Expectedly, people who are concerned about their country scour every nook and cranny for possible answers. As a columnist, you are condemned by the "in-the-know" assumption. You must know what is happening, otherwise how would you write, the enquiring public reasons, often not without reason.

We columnists are regarded as deep-throats of those holding key to political enigmas. We are regarded as persons to whose ears reach early whispers, including those from God. We are supposed to be cleverer, better connected and supremely able to read the hieroglyphics of vexatious power. Hence the pelting questions from my brother’s sons, two of them in university, two about to be.

Put together, the four amount to a small but literate community quite exposed, if not to developments in the country, certainly to how they are interpreted by Eurocentric pens and mouths. The way the consciousness industry has become so perfectly integrated into the structures of unfair power, makes public knowledge diseased by power’s self-fulfilling reading of events and developments.

And the way the Western state has perfected the art of engineering social consent, ensures that the frequency and reach of that cankered public knowledge is total, searing and concussing. Often I get frantic calls from college-mates now resident in the Diaspora, wanting to know whether there is still a country called Zimbabwe, or people called Zimbabweans. My cryptic answer to them has been Cartesian: WE ARE ATTACKED AND THEREFORE WE ARE!

They can’t finish us

Come to think of it, the perfect solution for Blair, Bush and Brown would have been a Zimbabwe empty of human beings with black surfaces. That was the objective of both the First and Second Chimurenga, was it not? How do you develop anthrax and other rapidly broadcastable and communicable pathogens except to finish a people? How do you arm mindless racists that Rhodesians were, if not to effect a perfect genocide, while allowing yourselves a scapegoat who makes the slaughter exculpable?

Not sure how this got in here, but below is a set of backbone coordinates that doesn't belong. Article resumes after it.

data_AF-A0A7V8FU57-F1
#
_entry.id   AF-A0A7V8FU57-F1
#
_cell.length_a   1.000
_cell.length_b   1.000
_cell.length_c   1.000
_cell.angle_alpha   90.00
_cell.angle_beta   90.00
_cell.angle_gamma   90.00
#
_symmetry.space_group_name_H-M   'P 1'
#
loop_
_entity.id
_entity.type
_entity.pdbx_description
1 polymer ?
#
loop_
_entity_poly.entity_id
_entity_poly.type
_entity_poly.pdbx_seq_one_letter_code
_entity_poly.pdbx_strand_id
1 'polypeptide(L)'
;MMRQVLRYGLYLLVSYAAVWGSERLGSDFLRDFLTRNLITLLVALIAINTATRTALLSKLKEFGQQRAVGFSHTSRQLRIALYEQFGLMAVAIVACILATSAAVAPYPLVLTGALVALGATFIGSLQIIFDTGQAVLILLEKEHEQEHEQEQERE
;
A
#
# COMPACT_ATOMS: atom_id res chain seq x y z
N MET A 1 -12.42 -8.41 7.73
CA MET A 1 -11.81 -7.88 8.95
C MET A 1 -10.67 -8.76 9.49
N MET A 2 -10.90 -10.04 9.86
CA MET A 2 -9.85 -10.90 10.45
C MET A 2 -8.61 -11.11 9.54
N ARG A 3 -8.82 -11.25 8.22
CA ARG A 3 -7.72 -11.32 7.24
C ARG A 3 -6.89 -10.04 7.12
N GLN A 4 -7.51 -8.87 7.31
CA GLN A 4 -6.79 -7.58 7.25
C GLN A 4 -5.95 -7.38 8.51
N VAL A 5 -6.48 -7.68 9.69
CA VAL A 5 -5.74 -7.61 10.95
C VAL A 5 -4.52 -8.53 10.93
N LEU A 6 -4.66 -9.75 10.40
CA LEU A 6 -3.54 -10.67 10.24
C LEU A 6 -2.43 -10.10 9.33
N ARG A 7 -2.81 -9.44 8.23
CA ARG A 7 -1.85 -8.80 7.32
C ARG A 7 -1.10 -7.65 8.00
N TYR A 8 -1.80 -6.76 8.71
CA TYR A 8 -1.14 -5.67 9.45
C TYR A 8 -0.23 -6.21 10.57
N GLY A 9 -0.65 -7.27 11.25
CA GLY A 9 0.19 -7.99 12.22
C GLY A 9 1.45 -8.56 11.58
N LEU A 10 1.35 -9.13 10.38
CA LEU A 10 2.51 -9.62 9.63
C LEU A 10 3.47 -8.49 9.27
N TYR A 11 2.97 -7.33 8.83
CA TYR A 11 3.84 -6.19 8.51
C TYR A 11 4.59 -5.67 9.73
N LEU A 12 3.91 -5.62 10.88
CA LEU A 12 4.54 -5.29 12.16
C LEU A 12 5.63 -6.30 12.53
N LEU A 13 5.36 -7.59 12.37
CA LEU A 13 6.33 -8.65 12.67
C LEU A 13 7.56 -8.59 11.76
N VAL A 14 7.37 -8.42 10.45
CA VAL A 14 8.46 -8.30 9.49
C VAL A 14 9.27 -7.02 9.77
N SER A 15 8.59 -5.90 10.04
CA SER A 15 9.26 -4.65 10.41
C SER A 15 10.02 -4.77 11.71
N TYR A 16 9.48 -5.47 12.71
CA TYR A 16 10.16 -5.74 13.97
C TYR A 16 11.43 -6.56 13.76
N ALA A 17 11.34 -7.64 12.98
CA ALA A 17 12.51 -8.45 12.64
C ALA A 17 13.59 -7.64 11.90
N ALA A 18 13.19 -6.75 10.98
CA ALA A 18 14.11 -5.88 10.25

That we are here and here well enough to excoriate white imperialism, is not out of white mercy or goodness. It is out of sheer resilience that is ours as a people. They could not finish us. That cannot finish us. They will not finish us. We are what remains when the last lash of genocide comes to a splitting fall. So in the propaganda denial of our very existence, is our affirmation. But that is never the problem.

Rebels against Mother Country

The real problem for us is the health of the soul, the buoyancy of the spirit that animates it. What has been under severe attack is not the body, much as body-Zimbabwe is caroused and scarred. The skin always mends its own, restoring its shine or lustre. What takes too long, painfully long to mend and heal is the soul, once wounded. Zimbabwe’s soul has been under severe attack, calculated to fell it. The idea is to burn and scorch self-belief, to pulverise our own sense of worth and dignity, to challenge the soundness of our aspiration to be in charge of our country and its affairs.